How We Tested Solar Chargers

By:
Lyra Pierotti
Review Editor
OutdoorGearLab

Last Updated:
Saturday

Solar technology is rife with glitches and gimmicks. We put several panels and chargers to the test to whittle out the good and the bad and present an unbiased review.

We tested these panels in all sorts of backcountry locations and weather situations: on the side of Yosemite's 3,000-foot El Captain, in the Cascades of Washington, in the 24-hour sun in Antarctica, on sailing trips in the San Juan Islands, on several expeditions in the Alaska Range, and biking and hiking on the California coast. We used them for backpacking, hiking, climbing, mountaineering, biking, sailing, car camping, RV camping, and hanging out at cafes and campgrounds while living out of the back of a truck.

But as the personal sized solar panel market gets flooded with more companies and products, it becomes harder to wade through the advertised specifications. For this, we connected a USB power monitor to each device and checked the amperage (current) of each panel and battery to see if the devices worked as advertised. This often confirmed our rougher field observations with concrete numbers. Take a good look at the photos in this review to see what amperage readings we measured.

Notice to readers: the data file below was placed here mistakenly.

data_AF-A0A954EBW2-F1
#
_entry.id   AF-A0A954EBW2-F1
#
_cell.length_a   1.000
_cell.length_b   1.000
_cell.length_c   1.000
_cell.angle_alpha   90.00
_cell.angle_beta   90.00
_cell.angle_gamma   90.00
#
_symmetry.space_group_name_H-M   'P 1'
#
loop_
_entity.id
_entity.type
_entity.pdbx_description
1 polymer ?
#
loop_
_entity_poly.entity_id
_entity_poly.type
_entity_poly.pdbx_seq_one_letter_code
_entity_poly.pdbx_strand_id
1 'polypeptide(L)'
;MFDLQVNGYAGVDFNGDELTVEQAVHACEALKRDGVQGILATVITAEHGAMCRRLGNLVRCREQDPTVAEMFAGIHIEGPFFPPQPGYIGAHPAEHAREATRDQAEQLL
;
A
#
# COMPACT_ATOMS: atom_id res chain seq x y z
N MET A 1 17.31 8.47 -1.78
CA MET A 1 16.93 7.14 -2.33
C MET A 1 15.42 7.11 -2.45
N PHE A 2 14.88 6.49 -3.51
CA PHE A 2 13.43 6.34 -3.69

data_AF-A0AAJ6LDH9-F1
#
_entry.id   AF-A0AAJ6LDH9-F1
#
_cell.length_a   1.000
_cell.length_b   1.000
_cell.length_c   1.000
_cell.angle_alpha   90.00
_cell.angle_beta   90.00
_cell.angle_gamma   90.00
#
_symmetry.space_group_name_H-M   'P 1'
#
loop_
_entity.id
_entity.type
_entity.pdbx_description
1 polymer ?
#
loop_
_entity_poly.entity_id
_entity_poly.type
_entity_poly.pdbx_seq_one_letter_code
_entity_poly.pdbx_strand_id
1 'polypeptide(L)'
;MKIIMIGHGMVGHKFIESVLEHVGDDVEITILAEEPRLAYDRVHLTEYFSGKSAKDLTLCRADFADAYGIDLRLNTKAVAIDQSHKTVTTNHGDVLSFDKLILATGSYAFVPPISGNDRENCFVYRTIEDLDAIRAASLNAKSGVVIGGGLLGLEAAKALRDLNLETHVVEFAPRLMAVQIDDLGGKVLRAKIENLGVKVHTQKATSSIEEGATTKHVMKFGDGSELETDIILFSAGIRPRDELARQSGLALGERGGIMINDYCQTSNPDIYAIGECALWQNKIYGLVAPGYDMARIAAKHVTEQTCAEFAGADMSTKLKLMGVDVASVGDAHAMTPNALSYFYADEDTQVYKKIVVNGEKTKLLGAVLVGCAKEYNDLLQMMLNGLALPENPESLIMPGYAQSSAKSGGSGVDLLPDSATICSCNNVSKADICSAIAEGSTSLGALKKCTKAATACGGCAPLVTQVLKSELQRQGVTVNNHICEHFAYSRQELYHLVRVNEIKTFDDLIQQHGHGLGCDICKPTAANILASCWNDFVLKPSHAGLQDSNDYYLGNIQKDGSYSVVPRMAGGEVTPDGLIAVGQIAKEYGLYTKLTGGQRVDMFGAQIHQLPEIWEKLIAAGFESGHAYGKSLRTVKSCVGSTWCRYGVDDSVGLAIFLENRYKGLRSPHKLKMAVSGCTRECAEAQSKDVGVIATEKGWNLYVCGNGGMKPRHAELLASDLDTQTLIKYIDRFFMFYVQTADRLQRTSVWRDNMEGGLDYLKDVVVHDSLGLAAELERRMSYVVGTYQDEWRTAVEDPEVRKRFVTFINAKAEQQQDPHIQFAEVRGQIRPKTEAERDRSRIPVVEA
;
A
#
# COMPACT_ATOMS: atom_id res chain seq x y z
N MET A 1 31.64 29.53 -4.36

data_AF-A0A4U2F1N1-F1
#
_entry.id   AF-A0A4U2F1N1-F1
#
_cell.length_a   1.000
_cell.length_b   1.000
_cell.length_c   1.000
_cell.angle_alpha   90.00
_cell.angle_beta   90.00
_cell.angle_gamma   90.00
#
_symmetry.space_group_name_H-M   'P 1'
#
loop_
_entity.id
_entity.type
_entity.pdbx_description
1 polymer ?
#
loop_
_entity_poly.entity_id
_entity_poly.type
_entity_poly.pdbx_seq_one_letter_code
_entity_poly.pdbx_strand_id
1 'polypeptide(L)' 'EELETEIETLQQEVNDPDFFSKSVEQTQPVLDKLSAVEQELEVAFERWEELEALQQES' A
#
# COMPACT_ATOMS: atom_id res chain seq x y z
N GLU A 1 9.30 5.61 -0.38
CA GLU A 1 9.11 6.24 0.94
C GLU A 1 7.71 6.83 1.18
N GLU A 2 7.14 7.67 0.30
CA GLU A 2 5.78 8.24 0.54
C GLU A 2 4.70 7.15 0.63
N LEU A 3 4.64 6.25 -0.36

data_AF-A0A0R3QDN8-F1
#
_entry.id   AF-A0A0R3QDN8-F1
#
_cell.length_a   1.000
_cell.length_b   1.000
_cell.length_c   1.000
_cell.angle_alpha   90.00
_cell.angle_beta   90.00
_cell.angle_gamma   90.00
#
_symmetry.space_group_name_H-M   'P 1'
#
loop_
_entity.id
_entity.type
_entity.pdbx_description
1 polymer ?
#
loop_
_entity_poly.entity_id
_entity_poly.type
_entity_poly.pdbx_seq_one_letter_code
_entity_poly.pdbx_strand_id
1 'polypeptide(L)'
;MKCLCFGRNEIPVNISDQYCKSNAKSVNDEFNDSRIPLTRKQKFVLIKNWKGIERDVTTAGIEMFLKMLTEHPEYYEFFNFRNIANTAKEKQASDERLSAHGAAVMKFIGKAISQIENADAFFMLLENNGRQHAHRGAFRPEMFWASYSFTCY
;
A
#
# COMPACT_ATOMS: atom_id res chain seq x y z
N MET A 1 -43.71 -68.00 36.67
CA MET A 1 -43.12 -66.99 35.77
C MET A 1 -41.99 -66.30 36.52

Brunton's solar panel just always seemed to work  if not powerful or fast  certainly reliably.
Brunton's solar panel just always seemed to work, if not powerful or fast, certainly reliably.

We also tried to power the computers and monitors that wrote this review with a beefier set of panels. We even tried to power our electric bike and make a solar-powered electric bike …and succeeded!

Alchemy Goods Pike
Alchemy Goods Pike

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    Unbiased.